Jessica Miller-Merrell | , ,| By
Ah, the Generational Debate. Personally, the topic makes my head spin. I’m through with articles, blog posts, and webinars with the workplace generational fodder. Baby Boomers complain about Gen Xers who complain about Gen Y. All the while Gen Y is complaining about Boomers and vice versa with the Xers somewhere in between. The cycle seems to never end, but really it should. It really should and here’s why.
Baby Boomers & an Improving Economy
The world economy is improving. Spirits are lifting and the tides are changing in the marketplace for businesses and job seekers. Boomers, the largest generational group 79 million strong are once again beginning to plan their exit strategy and as the economy improves are considering the option of retirement. Researchers at Northeastern University are forecasting a global job seeker shortage in 2018. The job market will be totally flip flopped as job seekers are a hard to find commodity like never before. The experts have been forecasting a job seeker shortage for years as the Baby Boomers begin to retire. This news is not new. The recession put a momentary brake on the shortage but it’s a mathematical certainty.
The law of supply and demand tell us that when supply lessens, demand increases. The key in understanding how to use this law idea in the context of talent and management is to plan for the increase. In this case an increase in the demand for qualified workers in the future leveraging common retail business concepts of customer service, the personal touch, and flexibility.
Gen Y in the Workplace
But this post isn’t about economic forecasting and our upcoming job seeker shortage. It’s about Gen Y and a new approach to building relationships and living together in this planet we call Earth.
- Customer Service. As the group of experienced and business tested professionals (i.e. The Baby Boomers) exit or ease out of the work force, the back fill of as experienced candidates is not waiting in the wings. Like any competitive market or business environment, the key is to develop relationships as a recruiter, company, and agency with future talent through relationships both on and offline. Customers have choices and rarely fall into your lap without years of careful planning and behind the scenes effort. I know this first hand as I have been building and growing my consulting business full time for the last six months. Those first 1o years of relationship building have come in handy. Be nice to Gen Y. Get to know them. Take them to dinner. Learn to speak their language.Â Establish long term relationships through good old fashioned customer service.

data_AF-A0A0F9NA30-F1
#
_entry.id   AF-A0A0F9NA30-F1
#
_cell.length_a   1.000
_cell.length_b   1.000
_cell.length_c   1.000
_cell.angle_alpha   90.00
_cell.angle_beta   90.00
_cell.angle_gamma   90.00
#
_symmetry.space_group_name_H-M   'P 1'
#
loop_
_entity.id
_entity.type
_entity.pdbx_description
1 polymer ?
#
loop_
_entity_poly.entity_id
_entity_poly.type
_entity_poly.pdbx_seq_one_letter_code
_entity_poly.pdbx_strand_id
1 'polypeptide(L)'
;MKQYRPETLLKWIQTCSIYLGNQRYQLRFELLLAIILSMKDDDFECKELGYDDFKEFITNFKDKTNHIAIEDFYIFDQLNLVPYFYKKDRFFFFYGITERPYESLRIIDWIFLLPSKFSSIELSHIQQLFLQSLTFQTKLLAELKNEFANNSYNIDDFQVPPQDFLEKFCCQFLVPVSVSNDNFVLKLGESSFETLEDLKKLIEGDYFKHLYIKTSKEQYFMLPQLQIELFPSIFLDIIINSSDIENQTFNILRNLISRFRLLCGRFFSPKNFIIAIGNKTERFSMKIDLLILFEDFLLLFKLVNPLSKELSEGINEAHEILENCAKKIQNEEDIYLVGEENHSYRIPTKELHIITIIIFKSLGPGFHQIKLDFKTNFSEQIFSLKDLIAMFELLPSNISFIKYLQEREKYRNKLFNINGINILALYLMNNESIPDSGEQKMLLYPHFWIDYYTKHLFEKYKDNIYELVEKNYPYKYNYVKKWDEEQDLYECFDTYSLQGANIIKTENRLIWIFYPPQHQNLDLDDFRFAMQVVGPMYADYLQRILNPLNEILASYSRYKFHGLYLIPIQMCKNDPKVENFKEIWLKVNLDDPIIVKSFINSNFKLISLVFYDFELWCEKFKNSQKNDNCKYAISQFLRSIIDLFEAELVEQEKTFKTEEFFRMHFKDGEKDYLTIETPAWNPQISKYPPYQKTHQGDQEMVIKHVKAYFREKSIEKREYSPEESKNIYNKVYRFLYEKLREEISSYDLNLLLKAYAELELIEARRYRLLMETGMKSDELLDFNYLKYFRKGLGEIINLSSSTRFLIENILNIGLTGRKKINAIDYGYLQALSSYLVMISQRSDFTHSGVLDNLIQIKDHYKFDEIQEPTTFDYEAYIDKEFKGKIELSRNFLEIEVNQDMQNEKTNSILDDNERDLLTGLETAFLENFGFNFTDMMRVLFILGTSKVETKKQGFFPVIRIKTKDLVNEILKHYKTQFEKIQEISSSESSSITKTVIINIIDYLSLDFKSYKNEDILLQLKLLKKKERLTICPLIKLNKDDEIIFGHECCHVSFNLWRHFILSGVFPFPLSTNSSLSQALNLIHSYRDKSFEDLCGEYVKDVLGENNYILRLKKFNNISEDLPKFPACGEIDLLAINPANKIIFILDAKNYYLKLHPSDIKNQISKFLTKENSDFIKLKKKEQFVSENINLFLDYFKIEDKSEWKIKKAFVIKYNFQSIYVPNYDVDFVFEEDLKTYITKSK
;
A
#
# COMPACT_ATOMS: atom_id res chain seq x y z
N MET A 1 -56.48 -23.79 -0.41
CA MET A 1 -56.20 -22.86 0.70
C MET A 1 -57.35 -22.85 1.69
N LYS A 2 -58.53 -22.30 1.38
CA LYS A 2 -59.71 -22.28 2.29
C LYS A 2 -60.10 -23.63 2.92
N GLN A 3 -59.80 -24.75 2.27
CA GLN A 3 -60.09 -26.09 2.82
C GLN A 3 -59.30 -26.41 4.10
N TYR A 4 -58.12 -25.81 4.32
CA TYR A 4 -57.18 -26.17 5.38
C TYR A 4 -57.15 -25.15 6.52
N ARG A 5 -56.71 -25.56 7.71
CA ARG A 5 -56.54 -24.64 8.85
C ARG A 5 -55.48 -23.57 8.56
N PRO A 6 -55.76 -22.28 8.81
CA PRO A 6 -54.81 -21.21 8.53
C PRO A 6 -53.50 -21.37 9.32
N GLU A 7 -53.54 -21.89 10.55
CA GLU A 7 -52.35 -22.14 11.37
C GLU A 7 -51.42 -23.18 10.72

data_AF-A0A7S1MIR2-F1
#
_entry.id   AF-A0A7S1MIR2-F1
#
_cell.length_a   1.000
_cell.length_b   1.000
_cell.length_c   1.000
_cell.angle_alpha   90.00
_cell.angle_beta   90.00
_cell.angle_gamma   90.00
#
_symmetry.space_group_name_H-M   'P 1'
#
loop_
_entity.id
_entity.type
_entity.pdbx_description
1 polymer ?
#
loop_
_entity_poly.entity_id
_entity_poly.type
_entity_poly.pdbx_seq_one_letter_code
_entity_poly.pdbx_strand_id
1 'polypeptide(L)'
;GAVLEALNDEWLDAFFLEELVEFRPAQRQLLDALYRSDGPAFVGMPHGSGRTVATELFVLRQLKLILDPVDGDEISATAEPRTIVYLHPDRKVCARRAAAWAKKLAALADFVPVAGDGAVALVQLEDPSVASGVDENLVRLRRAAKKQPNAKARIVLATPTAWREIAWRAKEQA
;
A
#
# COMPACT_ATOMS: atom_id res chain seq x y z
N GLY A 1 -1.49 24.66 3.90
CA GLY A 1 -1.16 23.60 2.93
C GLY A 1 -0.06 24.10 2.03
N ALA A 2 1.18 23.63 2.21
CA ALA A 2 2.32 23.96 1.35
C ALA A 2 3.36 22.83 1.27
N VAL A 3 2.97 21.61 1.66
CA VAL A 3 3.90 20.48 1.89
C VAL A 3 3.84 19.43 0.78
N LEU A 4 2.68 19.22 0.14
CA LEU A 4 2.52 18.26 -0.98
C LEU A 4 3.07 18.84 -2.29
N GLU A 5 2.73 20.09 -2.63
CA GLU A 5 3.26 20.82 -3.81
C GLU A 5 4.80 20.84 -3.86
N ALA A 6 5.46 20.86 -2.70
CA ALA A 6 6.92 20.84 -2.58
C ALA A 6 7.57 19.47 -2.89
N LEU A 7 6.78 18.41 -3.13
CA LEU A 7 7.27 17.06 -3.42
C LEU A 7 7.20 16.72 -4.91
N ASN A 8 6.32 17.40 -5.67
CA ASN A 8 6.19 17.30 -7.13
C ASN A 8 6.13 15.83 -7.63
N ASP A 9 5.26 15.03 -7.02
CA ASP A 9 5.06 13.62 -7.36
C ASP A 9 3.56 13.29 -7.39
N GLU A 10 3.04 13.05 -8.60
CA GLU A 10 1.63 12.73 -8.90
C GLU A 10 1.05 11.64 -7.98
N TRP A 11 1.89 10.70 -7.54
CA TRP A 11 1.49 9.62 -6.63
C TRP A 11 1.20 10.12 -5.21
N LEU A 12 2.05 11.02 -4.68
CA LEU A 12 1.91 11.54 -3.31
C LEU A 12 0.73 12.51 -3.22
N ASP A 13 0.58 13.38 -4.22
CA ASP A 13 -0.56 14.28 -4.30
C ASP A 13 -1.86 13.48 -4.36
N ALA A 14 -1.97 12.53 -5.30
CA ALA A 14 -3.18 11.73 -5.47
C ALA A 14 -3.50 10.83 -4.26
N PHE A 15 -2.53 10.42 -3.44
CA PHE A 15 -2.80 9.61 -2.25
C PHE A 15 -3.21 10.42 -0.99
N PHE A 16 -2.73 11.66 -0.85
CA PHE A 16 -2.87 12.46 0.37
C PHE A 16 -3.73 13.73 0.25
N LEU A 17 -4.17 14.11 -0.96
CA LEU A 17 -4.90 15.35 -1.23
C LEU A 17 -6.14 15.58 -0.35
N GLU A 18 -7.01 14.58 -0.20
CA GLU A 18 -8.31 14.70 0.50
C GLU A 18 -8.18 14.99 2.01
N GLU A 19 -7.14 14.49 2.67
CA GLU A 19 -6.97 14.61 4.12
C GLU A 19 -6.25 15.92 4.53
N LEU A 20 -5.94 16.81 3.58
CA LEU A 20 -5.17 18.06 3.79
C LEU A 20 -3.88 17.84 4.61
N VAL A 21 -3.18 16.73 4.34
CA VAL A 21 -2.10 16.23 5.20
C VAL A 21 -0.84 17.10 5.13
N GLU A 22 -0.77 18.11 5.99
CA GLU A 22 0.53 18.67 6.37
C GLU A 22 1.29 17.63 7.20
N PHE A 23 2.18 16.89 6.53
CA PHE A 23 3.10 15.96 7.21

- Personal Touch. People remember brands but people more importantly remember people. The human element is one thing that a logo or large corporation can never duplicate. A personal touch is essentially a consultant, company’s or recruiter’s product differentiation strategy. Start building those relationships now and begin establishing a loyal following for the future. Gen Y wants to see past a company’s logo. Promote your company’s employee events, philanthropy, and be transparent using social media, video, blogs, and other tools. Engage your audience and quickly respond to questions and provide assistance with expecting something in return. It’s called the Golden Rule.
- Flexibility. Simply put, “if you can’t be them–join them.” Companies need to quit focusing on how to change Gen Y and spend their time and money on establishing a dialogue, communication, and a network for the future of work. Otherwise these young savvy candidates have options and have no qualms about moving to greener pastures. Start establishing relationships now to build and establish personal relationships, credibility, and a pipeline of candidates by being quick on your feet, flexible, and willing to mold your methods to fit your audience, Gen Y who is also 79 million strong.
Even More on Gen Y in the Workforce
Interested in learning more about how recruiters and HR professionals view Gen Y in the workplace (of course you do)? Visit the Recruiting Inferno and check out the comment conversation on Steve Levy’s post, Who’s Afraid of Being Social? My good friend, Sherri Elliott-Yeary who is an HR whiz and generational expert breaks down the science and importance of recruiting and building cross-generational teams in her book, Ties to Tattoos. I highly recommend it!